I've had a really busy fortnight. So busy that I haven't even attempted to blog or do any kind of social media posts.
At first, I started to feel guilty for not posting, not sitting down to write when I needed to be doing other things, travelling, scheduling, doing admin. It wasn't a great feeling. It brings about anxiety, concern around taking time off. But I'll talk about that more next week.
So on the 5th June, I took a trip up to London to see Esther Perel speak on the subject of lasting love at The School of Life in London .
The talk began with an introduction from the organisation's founder Alain de Botton, (his book "Art as Therapy" is a mainstay of my office's therapy book collection) to Esther's background and the subject matter of the evening.
Esther took the stage and introduced herself and gave some context to her talk, mentioning her books "Mating in Captivity" and "The State of Affairs: Rethinking Infidelity" as well as her work and research of over a decade into relationships and couples' therapy.
Seeing her speak after so many years of reading her words, watching YouTube videos and listening to podcasts was almost surreal and it was endearing for her to begin her talk with openness and honesty around her own marriage stating:
"We all have our own relationship stuff to work out. The only question is with whom... not if... the question is who will it be with?".
This kind of honesty is something that I often try to bring to my own sessions with couples and individuals alike, remembering that we are all people, with issues to work upon. We are all fallible. I mention this because I'm no great fan of a hierarchy. I enjoy the privileged role of facilitator in therapy, but I remind all of my clients that I'm not there to advise them, or tell them what to do.
Esther talked about the difficulty that humans have in reconciling the two fundamental needs of security and desire in one person. That what nurtures love is not necessarily what serves desire - and that is something that many of those who choose long-term monogamy must learn to balance if a relationship is to survive decades of familiarity.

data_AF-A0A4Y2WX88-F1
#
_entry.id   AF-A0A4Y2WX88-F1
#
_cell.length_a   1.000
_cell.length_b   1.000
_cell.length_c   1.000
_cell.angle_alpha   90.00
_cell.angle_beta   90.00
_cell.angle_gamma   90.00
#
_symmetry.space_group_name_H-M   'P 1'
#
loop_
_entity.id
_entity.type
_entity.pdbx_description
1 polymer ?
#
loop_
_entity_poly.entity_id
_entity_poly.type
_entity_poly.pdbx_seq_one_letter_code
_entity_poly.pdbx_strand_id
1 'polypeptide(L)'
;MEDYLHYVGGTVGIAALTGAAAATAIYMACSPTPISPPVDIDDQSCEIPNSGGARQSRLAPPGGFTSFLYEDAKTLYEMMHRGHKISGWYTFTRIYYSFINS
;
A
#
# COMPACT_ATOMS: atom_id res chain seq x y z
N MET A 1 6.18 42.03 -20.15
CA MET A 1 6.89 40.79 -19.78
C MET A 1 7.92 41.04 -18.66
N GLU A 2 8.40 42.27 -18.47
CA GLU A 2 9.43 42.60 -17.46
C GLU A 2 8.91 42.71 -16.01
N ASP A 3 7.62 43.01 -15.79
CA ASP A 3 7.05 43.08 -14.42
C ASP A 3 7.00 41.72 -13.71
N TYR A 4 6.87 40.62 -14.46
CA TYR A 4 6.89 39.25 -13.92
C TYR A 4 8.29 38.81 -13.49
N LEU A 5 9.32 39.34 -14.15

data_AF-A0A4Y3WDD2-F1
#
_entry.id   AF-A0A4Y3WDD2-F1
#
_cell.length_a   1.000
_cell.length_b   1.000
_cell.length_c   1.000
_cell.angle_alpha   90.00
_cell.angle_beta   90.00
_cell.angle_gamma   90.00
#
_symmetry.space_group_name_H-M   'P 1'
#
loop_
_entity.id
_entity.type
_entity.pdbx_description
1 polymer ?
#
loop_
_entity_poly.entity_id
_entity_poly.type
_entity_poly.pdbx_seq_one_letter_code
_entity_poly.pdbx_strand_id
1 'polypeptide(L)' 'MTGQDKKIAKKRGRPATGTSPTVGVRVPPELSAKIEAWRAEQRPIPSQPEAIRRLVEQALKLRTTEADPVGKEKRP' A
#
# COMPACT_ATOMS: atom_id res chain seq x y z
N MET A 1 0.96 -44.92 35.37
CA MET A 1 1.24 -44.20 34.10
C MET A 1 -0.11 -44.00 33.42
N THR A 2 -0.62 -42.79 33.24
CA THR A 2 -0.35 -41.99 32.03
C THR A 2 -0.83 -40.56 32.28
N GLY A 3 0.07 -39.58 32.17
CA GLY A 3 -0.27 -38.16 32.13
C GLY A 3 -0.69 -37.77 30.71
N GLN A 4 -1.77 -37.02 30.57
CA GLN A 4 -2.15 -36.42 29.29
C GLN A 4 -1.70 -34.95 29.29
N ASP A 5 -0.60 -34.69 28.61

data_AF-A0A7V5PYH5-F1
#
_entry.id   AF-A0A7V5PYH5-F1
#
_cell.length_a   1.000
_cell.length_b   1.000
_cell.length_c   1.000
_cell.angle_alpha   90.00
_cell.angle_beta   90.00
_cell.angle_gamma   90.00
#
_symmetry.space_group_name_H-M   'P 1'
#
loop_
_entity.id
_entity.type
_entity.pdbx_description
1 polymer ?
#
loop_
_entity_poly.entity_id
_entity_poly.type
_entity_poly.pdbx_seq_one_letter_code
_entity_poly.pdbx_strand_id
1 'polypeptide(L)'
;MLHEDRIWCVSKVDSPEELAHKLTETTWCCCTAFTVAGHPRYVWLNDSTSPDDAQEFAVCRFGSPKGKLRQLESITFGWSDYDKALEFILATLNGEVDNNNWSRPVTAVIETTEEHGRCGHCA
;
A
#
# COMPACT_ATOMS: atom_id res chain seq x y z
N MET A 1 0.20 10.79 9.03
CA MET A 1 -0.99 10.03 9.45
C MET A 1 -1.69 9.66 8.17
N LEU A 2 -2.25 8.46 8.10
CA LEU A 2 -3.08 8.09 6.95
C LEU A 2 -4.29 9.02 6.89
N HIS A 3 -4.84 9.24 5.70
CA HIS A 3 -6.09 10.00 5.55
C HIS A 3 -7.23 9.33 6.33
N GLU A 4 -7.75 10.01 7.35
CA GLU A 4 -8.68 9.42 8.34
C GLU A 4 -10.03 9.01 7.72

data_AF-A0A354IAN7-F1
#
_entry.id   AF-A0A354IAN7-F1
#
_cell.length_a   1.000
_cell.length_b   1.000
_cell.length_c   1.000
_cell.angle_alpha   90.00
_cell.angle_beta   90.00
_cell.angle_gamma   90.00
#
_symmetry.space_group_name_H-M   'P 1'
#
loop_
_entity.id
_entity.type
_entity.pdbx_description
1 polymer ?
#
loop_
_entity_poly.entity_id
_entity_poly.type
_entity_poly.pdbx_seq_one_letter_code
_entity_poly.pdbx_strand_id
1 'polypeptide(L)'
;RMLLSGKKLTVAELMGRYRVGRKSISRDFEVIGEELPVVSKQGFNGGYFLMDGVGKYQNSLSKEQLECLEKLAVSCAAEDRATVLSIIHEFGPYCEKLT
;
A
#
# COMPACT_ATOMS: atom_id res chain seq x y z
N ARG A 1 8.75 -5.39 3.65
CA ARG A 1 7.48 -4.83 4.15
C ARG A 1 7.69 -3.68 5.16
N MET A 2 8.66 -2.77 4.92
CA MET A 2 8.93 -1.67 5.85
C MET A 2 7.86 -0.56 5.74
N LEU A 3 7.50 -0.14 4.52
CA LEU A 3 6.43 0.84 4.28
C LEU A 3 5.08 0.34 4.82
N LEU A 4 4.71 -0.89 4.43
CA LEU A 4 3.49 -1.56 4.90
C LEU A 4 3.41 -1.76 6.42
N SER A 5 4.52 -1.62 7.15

Love comes with care and responsibility. Desire needs movement, wanting what we don't have. To balance these Esther recommends that we do our best not to think of our partner as belonging to us. Not to take for granted that they will always be there. That a little anxiety keeps us wanting the other - it reminds us that we can't be sure that we will always have them.
She went on to talk about infidelity and how affairs happen not just in relationships that are beyond help, but in good relationships too. Often as a result of a feeling of emotional deadness that has crept up on us. That we might not want to leave our partners - but that through an affair we want to find a new self.
Affairs are about longing and loss. And sometimes in life, we find ourselves in a relationship which might feel like we are playing a role that we did not audition for - and thinking upon how different our lives might have been. We should remember that no-one has an affair to take care of someone else. That it is about resolving our own needs and longings, resentments and sadnesses. We are responsible for all of those things.
Finally, after some questions, talks around childhoods and how the attachment styles that we adopt as a result of our upbringings affect our choice of mates - Esther was asked if she knew any of the secrets to long and loving relationships. She replied:
"Firstly, monogamy is not natural, it's a societal construct. The system that we have set up demands from us certain boundaries. Secondly, we must know that we never truly know what is going on with the other person and that they need to remain "other" for the relationship to survive".
Wise words indeed. Does any of that resonate with you? I know it does with me.
Laura is an online talking therapist and writer specialising in working with millennials and the LGBTQI+ community.